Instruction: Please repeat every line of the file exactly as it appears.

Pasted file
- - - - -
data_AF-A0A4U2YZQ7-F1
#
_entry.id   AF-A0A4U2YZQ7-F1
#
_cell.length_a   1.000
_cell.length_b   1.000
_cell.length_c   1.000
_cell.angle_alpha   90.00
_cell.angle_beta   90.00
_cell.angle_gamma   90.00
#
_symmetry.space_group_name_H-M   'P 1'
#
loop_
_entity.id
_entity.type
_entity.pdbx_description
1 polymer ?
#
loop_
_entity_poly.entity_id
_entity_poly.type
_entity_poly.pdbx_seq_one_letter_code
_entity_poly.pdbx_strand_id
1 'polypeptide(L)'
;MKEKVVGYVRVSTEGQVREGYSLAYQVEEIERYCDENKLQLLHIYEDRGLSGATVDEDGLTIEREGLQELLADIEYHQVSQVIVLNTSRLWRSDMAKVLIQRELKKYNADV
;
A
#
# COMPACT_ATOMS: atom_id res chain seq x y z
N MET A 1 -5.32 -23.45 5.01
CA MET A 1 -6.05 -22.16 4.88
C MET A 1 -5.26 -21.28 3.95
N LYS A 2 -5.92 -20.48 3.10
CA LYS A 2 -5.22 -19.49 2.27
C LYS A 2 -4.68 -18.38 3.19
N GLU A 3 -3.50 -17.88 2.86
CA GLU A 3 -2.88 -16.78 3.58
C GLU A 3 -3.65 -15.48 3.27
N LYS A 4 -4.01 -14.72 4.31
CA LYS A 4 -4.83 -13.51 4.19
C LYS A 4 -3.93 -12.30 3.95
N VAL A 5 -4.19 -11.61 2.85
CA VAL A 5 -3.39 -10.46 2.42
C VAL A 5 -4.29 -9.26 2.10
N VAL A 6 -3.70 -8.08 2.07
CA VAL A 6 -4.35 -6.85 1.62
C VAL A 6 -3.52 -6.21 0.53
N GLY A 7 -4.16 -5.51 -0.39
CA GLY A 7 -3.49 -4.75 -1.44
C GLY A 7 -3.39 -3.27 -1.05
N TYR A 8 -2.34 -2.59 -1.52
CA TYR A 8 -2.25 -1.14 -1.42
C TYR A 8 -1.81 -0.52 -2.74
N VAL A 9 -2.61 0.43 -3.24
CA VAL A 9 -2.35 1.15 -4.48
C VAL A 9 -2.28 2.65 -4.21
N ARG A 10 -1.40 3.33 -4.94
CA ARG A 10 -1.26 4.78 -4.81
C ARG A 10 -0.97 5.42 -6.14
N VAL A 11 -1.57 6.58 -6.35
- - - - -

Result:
data_AF-A0A4U2YZQ7-F1
#
_entry.id   AF-A0A4U2YZQ7-F1
#
_cell.length_a   1.000
_cell.length_b   1.000
_cell.length_c   1.000
_cell.angle_alpha   90.00
_cell.angle_beta   90.00
_cell.angle_gamma   90.00
#
_symmetry.space_group_name_H-M   'P 1'
#
loop_
_entity.id
_entity.type
_entity.pdbx_description
1 polymer ?
#
loop_
_entity_poly.entity_id
_entity_poly.type
_entity_poly.pdbx_seq_one_letter_code
_entity_poly.pdbx_strand_id
1 'polypeptide(L)'
;MKEKVVGYVRVSTEGQVREGYSLAYQVEEIERYCDENKLQLLHIYEDRGLSGATVDEDGLTIEREGLQELLADIEYHQVSQVIVLNTSRLWRSDMAKVLIQRELKKYNADV
;
A
#
# COMPACT_ATOMS: atom_id res chain seq x y z
N MET A 1 -5.32 -23.45 5.01
CA MET A 1 -6.05 -22.16 4.88
C MET A 1 -5.26 -21.28 3.95
N LYS A 2 -5.92 -20.48 3.10
CA LYS A 2 -5.22 -19.49 2.27
C LYS A 2 -4.68 -18.38 3.19
N GLU A 3 -3.50 -17.88 2.86
CA GLU A 3 -2.88 -16.78 3.58
C GLU A 3 -3.65 -15.48 3.27
N LYS A 4 -4.01 -14.72 4.31
CA LYS A 4 -4.83 -13.51 4.19
C LYS A 4 -3.93 -12.30 3.95
N VAL A 5 -4.19 -11.61 2.85
CA VAL A 5 -3.39 -10.46 2.42
C VAL A 5 -4.29 -9.26 2.10
N VAL A 6 -3.70 -8.08 2.07
CA VAL A 6 -4.35 -6.85 1.62
C VAL A 6 -3.52 -6.21 0.53
N GLY A 7 -4.16 -5.51 -0.39
CA GLY A 7 -3.49 -4.75 -1.44
C GLY A 7 -3.39 -3.27 -1.05
N TYR A 8 -2.34 -2.59 -1.52
CA TYR A 8 -2.25 -1.14 -1.42
C TYR A 8 -1.81 -0.52 -2.74
N VAL A 9 -2.61 0.43 -3.24
CA VAL A 9 -2.35 1.15 -4.48
C VAL A 9 -2.28 2.65 -4.21
N ARG A 10 -1.40 3.33 -4.94
CA ARG A 10 -1.26 4.78 -4.81
C ARG A 10 -0.97 5.42 -6.14
N VAL A 11 -1.57 6.58 -6.35